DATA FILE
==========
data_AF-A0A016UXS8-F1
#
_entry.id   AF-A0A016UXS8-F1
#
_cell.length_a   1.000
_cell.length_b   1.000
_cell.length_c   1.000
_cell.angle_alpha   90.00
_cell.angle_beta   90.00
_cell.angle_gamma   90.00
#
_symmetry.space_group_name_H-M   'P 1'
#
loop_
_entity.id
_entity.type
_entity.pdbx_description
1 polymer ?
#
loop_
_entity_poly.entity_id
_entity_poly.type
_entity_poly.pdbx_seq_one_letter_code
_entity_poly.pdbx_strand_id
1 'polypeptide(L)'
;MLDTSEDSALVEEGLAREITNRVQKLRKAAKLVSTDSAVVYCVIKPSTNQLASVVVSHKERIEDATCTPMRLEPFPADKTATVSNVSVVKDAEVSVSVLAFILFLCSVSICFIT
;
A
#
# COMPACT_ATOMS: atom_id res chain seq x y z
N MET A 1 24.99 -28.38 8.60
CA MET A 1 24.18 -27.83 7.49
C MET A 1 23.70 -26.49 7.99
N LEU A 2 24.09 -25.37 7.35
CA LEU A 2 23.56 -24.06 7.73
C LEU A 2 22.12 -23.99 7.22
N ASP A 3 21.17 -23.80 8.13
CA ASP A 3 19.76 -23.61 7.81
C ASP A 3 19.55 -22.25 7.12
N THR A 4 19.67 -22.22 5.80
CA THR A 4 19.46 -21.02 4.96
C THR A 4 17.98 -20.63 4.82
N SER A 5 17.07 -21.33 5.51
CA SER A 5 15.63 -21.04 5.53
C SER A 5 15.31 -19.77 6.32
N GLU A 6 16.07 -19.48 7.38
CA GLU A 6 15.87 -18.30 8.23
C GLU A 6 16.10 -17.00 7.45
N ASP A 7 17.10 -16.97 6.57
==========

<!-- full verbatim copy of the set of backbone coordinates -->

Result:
data_AF-A0A016UXS8-F1
#
_entry.id   AF-A0A016UXS8-F1
#
_cell.length_a   1.000
_cell.length_b   1.000
_cell.length_c   1.000
_cell.angle_alpha   90.00
_cell.angle_beta   90.00
_cell.angle_gamma   90.00
#
_symmetry.space_group_name_H-M   'P 1'
#
loop_
_entity.id
_entity.type
_entity.pdbx_description
1 polymer ?
#
loop_
_entity_poly.entity_id
_entity_poly.type
_entity_poly.pdbx_seq_one_letter_code
_entity_poly.pdbx_strand_id
1 'polypeptide(L)'
;MLDTSEDSALVEEGLAREITNRVQKLRKAAKLVSTDSAVVYCVIKPSTNQLASVVVSHKERIEDATCTPMRLEPFPADKTATVSNVSVVKDAEVSVSVLAFILFLCSVSICFIT
;
A
#
# COMPACT_ATOMS: atom_id res chain seq x y z
N MET A 1 24.99 -28.38 8.60
CA MET A 1 24.18 -27.83 7.49
C MET A 1 23.70 -26.49 7.99
N LEU A 2 24.09 -25.37 7.35
CA LEU A 2 23.56 -24.06 7.73
C LEU A 2 22.12 -23.99 7.22
N ASP A 3 21.17 -23.80 8.13
CA ASP A 3 19.76 -23.61 7.81
C ASP A 3 19.55 -22.25 7.12
N THR A 4 19.67 -22.22 5.80
CA THR A 4 19.46 -21.02 4.96
C THR A 4 17.98 -20.63 4.82
N SER A 5 17.07 -21.33 5.51
CA SER A 5 15.63 -21.04 5.53
C SER A 5 15.31 -19.77 6.32
N GLU A 6 16.07 -19.48 7.38
CA GLU A 6 15.87 -18.30 8.23
C GLU A 6 16.10 -17.00 7.45
N ASP A 7 17.10 -16.97 6.57